In fact, we Conservatives have cut taxes over 140 times since forming government. From cutting tax rates and increasing tax credits to making our tax reporting system more reasonable and supporting families with both able-bodied and disabled members, we have provided savings for a typical Canadian family of over $3,100 per year.
Due in part to our government's low-tax approach, a stark contrast to the NDP and Liberals' higher-tax programs and philosophies, and the amazing fact, verified by the International Monetary Fund, that our net debt to GDP ratio remains the lowest in the G7, Forbes magazine has ranked Canada number one in the world—let me repeat that: number one in the world—for businesses to grow and create jobs.
Canadians do not need the federal government to hold their hands every step of the way, as we are a nation forged on resiliency and a desire for freedom, but Canadians do need us to clear a path. If that path can be well defined and well lit, all the better, but the fact that such a pathway exists is all that some Canadians need to move forward.
We need to show ourselves as partners of Canadian enterprise and achievement, not as an extra burden. Everyone must contribute, of course, but confidence to achieve and to have the ability to help others whose time has not yet come often requires the incentive that a prudent, caring government can provide.
This is such a budget. This is such a time. This is Canada's century. We are being noticed as never before around the world. We are being recognized as never before as leaders out of the despair and confusion of runaway debt. We are the true north, strong and free, and I am proud to be a part of it, proud of who we are and who we intend to be.
Mr. Mike Wallace (Burlington, CPC):
Mr. Speaker, it is my pleasure to speak to the budget bill. I want to thank the member for Delta—Richmond East for sharing her time with me today.
We are dealing with a budget implementation bill. As members know, the budget is normally broken into two bills: one in the spring and one in the fall. We did not get a chance to talk about the budget in general because the NDP filibustered when we first introduced it, which took up all of the time.
I will talk about a few other things that are in the bill and put on the record how I feel about them. I will start with the jobs, balanced budget and future prosperity aspects of the bill. The budget, the bill, the plan is about this.
People ask me all the time what the major issue is that I hear about in Burlington. The major issue in my riding is that we need to get back to balanced books at the federal level. Our government has to get rid of the deficit spending that we did during the recession. That is what we are doing with the budget. That is why we need to proceed with what we are doing. The budget brings us back to what we promised.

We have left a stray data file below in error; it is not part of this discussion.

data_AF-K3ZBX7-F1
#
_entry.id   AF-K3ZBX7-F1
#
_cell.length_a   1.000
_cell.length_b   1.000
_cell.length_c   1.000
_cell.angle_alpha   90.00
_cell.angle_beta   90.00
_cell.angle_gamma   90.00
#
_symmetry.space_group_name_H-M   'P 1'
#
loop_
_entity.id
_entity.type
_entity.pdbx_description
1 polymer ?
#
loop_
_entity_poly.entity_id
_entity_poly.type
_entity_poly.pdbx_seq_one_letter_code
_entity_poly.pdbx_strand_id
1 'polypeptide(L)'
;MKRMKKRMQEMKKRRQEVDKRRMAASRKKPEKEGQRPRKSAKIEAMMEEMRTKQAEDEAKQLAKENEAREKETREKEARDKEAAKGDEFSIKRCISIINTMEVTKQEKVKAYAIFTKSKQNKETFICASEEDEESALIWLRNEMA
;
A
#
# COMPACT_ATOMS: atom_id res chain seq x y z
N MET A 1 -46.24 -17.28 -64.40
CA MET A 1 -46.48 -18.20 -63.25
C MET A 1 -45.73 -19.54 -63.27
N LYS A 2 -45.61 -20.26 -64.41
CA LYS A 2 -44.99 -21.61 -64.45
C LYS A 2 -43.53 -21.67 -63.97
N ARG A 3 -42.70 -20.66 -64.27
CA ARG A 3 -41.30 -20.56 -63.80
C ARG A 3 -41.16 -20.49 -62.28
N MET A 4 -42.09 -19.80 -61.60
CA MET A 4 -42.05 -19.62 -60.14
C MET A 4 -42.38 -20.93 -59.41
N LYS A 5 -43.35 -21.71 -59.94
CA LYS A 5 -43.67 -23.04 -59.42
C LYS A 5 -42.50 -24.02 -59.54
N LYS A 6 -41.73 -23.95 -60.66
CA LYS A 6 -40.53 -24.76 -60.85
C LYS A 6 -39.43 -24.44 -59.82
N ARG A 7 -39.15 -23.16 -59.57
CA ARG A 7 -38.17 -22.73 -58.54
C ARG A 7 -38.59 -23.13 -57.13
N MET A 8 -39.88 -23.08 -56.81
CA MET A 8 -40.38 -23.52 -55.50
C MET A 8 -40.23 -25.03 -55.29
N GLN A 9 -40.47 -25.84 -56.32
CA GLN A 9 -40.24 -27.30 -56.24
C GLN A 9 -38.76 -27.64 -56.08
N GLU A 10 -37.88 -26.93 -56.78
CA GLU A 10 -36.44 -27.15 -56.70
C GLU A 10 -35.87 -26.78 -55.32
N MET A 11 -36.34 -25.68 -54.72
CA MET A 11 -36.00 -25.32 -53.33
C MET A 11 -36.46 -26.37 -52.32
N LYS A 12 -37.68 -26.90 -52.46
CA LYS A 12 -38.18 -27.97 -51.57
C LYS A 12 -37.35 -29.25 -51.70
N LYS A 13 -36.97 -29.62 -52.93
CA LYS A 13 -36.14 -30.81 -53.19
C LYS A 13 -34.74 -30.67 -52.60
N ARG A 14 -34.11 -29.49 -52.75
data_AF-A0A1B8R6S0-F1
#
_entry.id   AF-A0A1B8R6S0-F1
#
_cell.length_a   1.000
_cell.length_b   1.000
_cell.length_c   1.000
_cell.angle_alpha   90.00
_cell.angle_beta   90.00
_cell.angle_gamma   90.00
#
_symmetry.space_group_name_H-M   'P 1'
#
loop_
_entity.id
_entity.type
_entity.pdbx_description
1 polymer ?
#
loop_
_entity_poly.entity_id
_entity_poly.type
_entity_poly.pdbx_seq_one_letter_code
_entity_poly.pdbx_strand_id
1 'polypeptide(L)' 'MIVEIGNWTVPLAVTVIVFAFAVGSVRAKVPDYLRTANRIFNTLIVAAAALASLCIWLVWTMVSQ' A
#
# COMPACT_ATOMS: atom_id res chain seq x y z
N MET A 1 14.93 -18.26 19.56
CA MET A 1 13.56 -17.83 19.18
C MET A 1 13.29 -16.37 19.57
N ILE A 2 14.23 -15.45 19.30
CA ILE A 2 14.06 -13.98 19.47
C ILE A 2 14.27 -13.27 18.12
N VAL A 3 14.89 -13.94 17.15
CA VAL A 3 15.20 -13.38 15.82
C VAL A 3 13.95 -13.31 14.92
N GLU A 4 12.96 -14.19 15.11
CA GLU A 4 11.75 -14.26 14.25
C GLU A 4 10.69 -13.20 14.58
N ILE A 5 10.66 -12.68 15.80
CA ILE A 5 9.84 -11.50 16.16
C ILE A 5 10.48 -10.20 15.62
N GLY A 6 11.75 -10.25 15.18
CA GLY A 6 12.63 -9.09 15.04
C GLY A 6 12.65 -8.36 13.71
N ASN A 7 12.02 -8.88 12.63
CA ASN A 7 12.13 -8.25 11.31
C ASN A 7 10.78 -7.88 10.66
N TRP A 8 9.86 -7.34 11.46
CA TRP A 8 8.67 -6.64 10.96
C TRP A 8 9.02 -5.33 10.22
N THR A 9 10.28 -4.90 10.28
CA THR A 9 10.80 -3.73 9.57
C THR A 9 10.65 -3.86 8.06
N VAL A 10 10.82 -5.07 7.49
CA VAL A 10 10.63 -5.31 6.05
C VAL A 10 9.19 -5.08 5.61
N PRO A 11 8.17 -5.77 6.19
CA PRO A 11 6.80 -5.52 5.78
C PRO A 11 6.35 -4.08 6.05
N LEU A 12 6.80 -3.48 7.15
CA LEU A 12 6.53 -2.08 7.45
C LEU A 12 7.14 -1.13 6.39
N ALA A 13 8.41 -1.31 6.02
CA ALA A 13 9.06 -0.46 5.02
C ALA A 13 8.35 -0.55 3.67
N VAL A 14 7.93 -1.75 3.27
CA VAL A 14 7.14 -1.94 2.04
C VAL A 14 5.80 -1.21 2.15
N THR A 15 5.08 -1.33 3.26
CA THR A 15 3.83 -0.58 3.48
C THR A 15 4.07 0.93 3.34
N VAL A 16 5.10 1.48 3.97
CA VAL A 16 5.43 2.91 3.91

I know it is hard for the opposition members to believe that we can actually promise to do something and then deliver it in our budget and policies. It is very difficult for them to understand that. During the election we committed to bringing back balanced books by 2015, and this budget puts us on the road to do that.
The Minister of Finance has been clear in the House that the budget will get us back and end the deficit spending we have had to do to overcome the worldwide recession. We are coming out better than any other country in the world. Those members know it, the public knows it and the people in Burlington know it. They are telling me that we need to get back to balanced books, and that is what we are doing. It is an election commitment.
Part of that commitment, and I make no apologies for it, is that we need to reduce some of the federal government spending, and that is about a $5.5 billion reduction. That sounds like a lot of money, but let us look at the whole picture.
If people follow along and are able to figure it out, the government spends $260 billion. We spend about $40 billion to $45 billion on interest charges on debt, which will still be there. That is why we have to get back to balanced books: so that we can start paying down debt in the way we were doing before the recession. We need to get that under control.
We transfer a whole bunch of money to the provinces for health care and social services, which are all important things. It is also an important support for the provinces. We did make changes to the equalization payments, as was mentioned earlier. We are committed to providing the provinces the money that we committed to provide. This is not like what happened in the past when we had deficits. What did the government of the day do? It cut its spending and assistance to its provincial partners. In this budget and in the campaign, we refused to do that. We said we would do it on our own.
That leaves us about $80 billion of federal spending over which we have control. Therefore, we are looking at about $5.2 billion and a few percentage points. If we cannot find a few percentage points to reduce the cost of government out of $80 billion, we are doing something wrong. Yes, it means that the public service has to come to the table with it.
We are also looking at programs and at what we are doing right. When we do a program evaluation, we look at what its mandate is and whether it has fulfilled that mandate. Is it over, or do we need to continue to fund it?
The ministers did not get together one night and decide on this. They had the departments come to them with suggestions of what was feasible, what could be done and what was reasonable. That is what we are implementing through the budget.
There are some great things in the budget, and members can ask me questions about what is in the implementation bill. I am happy to answer, but there are a few things for my riding of Burlington that I would like to highlight.
For example, we are spending $1.1 billion in research and development, including improvements to the IRAP program, basically doubling the money. This is a jobs budget.